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dc.contributor.authorRoulstone, V
dc.date.accessioned2021-11-08T16:17:29Z
dc.date.available2022-03-30T00:00:00Z
dc.date.issued2021-09-30
dc.identifier.citation2021
dc.identifier.urihttps://repository.icr.ac.uk/handle/internal/4879
dc.description.abstractReovirus type 3 Dearing (RtD3) is an oncolytic dsRNA virus with limited single-agent activity in clinical studies but has potential for use in combination regimens. Herein, I sought to discover synergistic drug-virotherapy combinations using an unbiased screening approach that highlighted the CDK4/6 inhibitor, palbociclib, as a leading hit. Cytoplasmic nucleic acid sensors for double-standard (ds) RNA (RIG-I/MDAS) and DNA (cGAS-STING) are pattern recognition receptors (PRRs) key to intracellular anti-viral responses. Recent research has highlighted roles for PRR agonists, including oncolytic virotherapy agents, in anti-tumour immunotherapy. Combined rt3D-palbociclib treatment potently increased expression of PRRs and interferon signalling. Additionally, this combination also induced an endoplasmic reticulum (ER) stress signature. Knockdown (siRNA) studies indicated key proteins involved in the unfolded response (UPR) and the RNA sensor, RIG-I, were essential to the phenotype observed. Mechanistically independent experiments, using synthetic RNA agonists and the ER stress inducer (thapsigargin), confirmed cross-talk between RNA sensing and ER stress pathways that augment cancer cell death and interferon production. Combined Rt3D-palbociclib increased innate immune activation and effector function. These findings demonstrate that UPR signalling and innate immune RNA sensor crosstalk can be exploited to enhance anti-cancer efficacy with pro-immunogenic consequences. This has implications for future clinical development of PRR agonists and oncolytic viruses, as well as broadening the therapeutic remit of CDK4/6 inhibitors to include their role as both an ER stress and dsRNA PRR sensitiser.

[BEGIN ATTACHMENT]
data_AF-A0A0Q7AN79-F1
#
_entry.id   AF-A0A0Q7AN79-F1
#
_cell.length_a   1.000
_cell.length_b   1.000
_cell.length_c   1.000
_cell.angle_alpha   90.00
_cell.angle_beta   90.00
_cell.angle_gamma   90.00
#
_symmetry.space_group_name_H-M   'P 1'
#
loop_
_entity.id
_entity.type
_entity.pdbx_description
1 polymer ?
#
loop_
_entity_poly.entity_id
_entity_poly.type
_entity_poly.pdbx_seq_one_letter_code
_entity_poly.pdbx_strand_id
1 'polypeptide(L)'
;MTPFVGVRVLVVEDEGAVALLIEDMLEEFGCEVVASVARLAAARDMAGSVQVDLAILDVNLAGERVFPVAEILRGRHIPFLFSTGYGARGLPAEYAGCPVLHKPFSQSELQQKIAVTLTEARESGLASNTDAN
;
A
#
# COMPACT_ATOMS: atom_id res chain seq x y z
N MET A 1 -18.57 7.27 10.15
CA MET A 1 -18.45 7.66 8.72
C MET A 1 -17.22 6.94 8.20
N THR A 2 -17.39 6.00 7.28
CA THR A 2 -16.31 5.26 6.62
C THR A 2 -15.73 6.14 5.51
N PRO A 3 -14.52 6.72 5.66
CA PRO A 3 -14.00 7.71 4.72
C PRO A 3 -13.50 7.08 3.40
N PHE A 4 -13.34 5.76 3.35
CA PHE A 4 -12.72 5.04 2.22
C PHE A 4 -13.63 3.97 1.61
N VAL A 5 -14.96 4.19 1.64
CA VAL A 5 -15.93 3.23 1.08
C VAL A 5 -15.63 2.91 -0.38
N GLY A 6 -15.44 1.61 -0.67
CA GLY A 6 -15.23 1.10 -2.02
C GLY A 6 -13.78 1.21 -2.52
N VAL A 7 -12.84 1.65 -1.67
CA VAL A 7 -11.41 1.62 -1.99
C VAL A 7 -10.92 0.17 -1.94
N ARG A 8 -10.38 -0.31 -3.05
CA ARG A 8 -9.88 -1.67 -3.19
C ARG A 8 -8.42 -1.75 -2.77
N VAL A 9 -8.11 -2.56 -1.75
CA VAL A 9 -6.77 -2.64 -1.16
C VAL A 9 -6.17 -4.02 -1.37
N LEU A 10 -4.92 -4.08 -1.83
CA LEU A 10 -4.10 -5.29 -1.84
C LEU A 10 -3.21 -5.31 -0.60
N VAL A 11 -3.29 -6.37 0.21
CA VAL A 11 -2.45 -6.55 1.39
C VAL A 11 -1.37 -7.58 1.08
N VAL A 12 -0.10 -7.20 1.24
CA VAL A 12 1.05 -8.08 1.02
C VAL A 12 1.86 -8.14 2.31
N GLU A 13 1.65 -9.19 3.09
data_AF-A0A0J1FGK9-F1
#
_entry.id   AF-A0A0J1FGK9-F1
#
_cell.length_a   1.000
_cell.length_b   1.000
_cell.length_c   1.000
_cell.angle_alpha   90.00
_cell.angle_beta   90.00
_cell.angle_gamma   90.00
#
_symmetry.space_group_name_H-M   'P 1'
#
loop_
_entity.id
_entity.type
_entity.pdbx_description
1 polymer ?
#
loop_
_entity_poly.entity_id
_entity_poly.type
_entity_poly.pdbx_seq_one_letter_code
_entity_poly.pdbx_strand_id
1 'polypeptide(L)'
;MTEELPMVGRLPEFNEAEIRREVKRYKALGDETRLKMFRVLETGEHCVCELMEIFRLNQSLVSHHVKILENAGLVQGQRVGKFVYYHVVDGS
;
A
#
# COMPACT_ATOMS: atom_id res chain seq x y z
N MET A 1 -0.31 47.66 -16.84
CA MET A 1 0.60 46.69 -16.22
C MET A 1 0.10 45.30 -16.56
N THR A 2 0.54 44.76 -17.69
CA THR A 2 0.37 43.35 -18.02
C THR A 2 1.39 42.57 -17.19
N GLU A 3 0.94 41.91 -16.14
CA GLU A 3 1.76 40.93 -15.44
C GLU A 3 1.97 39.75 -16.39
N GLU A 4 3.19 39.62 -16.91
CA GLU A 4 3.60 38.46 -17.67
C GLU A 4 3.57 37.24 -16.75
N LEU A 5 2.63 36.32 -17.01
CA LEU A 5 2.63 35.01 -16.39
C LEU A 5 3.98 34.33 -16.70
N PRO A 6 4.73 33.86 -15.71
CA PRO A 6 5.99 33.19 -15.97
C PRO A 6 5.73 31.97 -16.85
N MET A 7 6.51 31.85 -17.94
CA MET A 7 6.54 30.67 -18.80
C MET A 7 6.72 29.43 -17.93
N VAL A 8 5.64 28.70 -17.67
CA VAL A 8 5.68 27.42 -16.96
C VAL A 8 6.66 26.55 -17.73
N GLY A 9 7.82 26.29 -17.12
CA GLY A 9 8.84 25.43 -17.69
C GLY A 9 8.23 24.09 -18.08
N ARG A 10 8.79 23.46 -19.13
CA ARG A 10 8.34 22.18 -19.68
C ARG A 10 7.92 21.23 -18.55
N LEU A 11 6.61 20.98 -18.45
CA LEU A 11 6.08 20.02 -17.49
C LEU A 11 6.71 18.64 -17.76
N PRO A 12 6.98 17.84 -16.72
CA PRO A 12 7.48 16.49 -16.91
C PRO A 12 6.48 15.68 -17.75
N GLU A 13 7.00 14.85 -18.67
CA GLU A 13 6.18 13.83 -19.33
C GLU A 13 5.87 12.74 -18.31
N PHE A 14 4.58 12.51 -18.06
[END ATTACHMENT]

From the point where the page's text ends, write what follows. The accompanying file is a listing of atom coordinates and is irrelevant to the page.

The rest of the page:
dc.languageeng
dc.language.isoeng
dc.publisherInstitute of Cancer Research (University Of London)
dc.rights.urihttps://www.rioxx.net/licenses/all-rights-reserved
dc.subjectTheses, Doctoral
dc.subjectChemotherapy
dc.subjectVirotherapy
dc.subjectImmunotherapy
dc.titleBiological effects of combination therapy with oncolytic reovirus and palbociclib
dc.typeThesis or Dissertation
dcterms.accessRightsPublic
dcterms.licensehttps://www.rioxx.net/licenses/all-rights-reserved
rioxxterms.versionAO
rioxxterms.licenseref.urihttps://www.rioxx.net/licenses/all-rights-reserved
rioxxterms.licenseref.startdate2021-09-30
rioxxterms.typeThesis
pubs.notes6 months
pubs.organisational-group/ICR
pubs.organisational-group/ICR/Primary Group
pubs.organisational-group/ICR/Primary Group/ICR Divisions
pubs.organisational-group/ICR/Primary Group/ICR Divisions/Cancer Biology
pubs.organisational-group/ICR/Primary Group/ICR Divisions/Cancer Biology/Targeted Therapy
pubs.organisational-group/ICR/Primary Group/ICR Divisions/Radiotherapy and Imaging
pubs.organisational-group/ICR/Primary Group/ICR Divisions/Radiotherapy and Imaging/Targeted Therapy
pubs.embargo.terms6 months
pubs.embargo.date2022-03-30T00:00:00Z
icr.researchteamTargeted Therapy
dc.contributor.icrauthorRoulstone, Victoriaen_US
uketdterms.institutionInstitute of Cancer Research
uketdterms.qualificationlevelDoctoral
uketdterms.qualificationnamePh.D
dc.type.qualificationlevelDoctoral
dc.type.qualificationnamePh.D


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